Nestlé Noisette Kit Kat

21 03 2007


My first foreign Kit Kat edition! When it comes to different flavours and varieties, Kit Kat’s are surely the king. Released in a ton of countries around the world, in a plethora of flavours. This version comes from Germany, and is called Noisette, which in English means ‘Hazelnut’, oh boy…you know this is gonna be good.

And that’s what it is, if you’re English (or European) and reading this you’ll know all about Nutella, and if you don’t know about it, click the link and read about what you’re missing out on, and then go and buy some! The stuff is great, a perfect blend of hazelnuts and chocolate, and I’m not just talking about the Nutella here, I’m also talking about the Kit Kat.

Now, granted I haven’t had Nutella in a long time, but as far as my taste buds can remember, this tastes exactly like it! It’s absolutely delicious! I’ve had some bad experiences with foreign Kit Kats, of particular note are some of the Japanese ones I’ve tried, but this has got to be the tastiest Kit Kat I’ve ever had. Even better than the Chunky Peanut Butter, and that’s really saying something!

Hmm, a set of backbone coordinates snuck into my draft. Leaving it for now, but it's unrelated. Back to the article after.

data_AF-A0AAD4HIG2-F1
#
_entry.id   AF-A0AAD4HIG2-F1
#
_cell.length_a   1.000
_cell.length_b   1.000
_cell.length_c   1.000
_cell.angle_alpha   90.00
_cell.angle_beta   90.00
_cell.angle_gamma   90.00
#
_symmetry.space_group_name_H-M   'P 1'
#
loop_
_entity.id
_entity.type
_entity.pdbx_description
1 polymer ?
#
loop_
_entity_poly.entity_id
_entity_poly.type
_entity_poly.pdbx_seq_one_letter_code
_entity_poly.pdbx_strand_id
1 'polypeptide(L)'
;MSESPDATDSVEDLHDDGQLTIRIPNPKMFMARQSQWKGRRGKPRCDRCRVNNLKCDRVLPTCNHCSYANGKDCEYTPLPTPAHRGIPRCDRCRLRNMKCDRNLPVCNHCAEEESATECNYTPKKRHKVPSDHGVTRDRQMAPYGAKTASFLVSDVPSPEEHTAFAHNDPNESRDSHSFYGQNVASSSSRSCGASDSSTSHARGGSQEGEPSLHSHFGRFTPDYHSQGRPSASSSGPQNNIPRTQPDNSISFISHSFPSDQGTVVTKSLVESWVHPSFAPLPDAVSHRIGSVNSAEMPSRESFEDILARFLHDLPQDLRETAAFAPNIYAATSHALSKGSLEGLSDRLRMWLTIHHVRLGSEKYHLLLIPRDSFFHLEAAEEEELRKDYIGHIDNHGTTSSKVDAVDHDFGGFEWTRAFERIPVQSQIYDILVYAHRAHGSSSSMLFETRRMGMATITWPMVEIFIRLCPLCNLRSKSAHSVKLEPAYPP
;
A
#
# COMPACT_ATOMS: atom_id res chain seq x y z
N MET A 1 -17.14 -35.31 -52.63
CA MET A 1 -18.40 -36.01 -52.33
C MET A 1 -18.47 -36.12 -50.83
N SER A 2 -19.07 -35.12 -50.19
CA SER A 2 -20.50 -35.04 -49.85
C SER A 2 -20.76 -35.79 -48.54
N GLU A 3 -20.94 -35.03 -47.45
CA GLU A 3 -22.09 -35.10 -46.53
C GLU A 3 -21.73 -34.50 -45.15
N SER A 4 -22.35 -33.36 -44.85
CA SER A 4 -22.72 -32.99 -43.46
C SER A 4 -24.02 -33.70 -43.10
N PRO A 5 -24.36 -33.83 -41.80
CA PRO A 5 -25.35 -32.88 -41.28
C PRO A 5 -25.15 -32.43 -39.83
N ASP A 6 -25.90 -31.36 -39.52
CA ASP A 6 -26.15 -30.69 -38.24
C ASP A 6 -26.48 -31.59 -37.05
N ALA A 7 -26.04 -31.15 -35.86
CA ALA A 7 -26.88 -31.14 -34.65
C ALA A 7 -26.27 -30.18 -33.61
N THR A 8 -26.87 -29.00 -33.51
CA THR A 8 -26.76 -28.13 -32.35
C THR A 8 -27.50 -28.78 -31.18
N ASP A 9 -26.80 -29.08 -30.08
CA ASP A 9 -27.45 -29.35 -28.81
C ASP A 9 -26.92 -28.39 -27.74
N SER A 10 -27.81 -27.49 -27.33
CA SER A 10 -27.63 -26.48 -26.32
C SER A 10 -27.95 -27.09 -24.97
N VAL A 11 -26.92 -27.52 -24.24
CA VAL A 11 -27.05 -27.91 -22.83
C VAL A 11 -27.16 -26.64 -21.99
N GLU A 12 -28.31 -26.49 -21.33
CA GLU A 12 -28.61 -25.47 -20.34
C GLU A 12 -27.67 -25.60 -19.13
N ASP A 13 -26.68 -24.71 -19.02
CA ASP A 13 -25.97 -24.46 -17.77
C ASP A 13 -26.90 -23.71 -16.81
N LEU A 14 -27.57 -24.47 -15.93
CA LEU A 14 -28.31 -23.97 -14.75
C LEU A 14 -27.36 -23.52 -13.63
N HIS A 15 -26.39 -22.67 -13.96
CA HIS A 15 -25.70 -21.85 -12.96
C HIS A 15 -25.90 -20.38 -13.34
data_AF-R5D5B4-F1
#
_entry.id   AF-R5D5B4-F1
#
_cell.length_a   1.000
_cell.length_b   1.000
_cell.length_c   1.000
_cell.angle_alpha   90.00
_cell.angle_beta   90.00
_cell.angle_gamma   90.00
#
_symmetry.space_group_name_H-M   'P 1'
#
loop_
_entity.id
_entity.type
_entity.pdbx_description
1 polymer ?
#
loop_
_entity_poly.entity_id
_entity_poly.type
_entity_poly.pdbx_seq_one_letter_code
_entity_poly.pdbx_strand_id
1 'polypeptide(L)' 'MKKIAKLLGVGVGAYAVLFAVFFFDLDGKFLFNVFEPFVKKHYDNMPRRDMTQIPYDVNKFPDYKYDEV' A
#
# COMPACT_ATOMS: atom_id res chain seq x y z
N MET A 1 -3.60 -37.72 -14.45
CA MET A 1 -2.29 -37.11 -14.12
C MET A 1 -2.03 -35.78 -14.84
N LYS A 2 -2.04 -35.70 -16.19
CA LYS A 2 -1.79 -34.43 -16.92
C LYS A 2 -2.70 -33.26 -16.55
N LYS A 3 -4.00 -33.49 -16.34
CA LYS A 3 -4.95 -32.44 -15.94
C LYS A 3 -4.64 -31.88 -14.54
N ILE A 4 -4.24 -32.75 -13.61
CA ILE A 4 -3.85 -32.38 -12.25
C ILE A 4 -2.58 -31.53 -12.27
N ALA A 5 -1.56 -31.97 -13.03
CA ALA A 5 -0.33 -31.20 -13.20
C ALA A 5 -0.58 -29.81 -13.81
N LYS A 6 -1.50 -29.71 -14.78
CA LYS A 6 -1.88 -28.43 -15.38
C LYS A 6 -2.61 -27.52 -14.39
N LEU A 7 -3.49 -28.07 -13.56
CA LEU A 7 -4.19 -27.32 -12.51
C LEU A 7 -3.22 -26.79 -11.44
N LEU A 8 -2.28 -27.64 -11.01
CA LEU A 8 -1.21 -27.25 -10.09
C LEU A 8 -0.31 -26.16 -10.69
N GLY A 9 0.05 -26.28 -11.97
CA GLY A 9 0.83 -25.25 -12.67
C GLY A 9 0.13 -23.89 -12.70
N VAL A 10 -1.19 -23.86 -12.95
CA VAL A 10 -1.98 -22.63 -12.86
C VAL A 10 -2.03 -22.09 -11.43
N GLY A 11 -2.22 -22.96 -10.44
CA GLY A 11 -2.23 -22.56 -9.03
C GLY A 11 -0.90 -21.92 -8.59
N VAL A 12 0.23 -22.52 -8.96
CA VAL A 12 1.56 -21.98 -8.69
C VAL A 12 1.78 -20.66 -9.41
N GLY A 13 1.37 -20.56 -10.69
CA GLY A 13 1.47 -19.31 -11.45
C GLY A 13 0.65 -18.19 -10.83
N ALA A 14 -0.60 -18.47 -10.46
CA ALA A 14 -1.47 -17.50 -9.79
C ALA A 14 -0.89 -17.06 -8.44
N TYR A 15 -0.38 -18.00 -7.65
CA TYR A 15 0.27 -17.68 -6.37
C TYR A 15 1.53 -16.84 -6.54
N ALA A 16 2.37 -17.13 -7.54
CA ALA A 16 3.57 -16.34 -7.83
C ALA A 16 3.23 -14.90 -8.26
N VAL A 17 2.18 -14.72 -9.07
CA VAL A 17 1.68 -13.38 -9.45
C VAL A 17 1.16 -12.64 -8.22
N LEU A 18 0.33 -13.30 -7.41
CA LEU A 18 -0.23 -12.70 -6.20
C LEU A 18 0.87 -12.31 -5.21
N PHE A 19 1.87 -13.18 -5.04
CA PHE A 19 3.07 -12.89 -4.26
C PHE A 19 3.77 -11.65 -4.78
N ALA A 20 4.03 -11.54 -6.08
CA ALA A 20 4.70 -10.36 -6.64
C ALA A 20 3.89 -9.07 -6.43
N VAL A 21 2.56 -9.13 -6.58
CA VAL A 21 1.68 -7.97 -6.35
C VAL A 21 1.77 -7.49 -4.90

As the picture shows, this is a regular four finger Kit Kat, all the ingredients and information on the pack is in German, but the lovely fellas at Nestlé also put a translation into English, how delightful!

Zucker is the first ingredient listed, and I’m sure you can guess what this one is, it’s Sugar! Things aren’t different in Germany then, at least when it comes to chocolate making. The rest of the ingredients are fairly unremarkable, it’s typical factory-made chocolate fair. One thing I was pleased with was how far down the list I found salt, vegetable oil and emulsifiers, which usually take up a high ranking on English chocolate ingredients if they’re used. The bar is described as ‘Crispy wafer fingers in 67,8% (yes there’s a comma there) hazelnut flavoured milk chocolate’.

Each Noisette Kit Kat contains 227 calories, 3.2g of Protein, 28.2g of Carbs and 11.2g of Fat. Unlike English chocolate, they don’t seem to be required to say how much sugars and saturates there are in each pack. Perhaps it’s not as important in Germany, I’d certainly appreciate some feedback regarding this from someone who lives there or just plain knows more about it than me.




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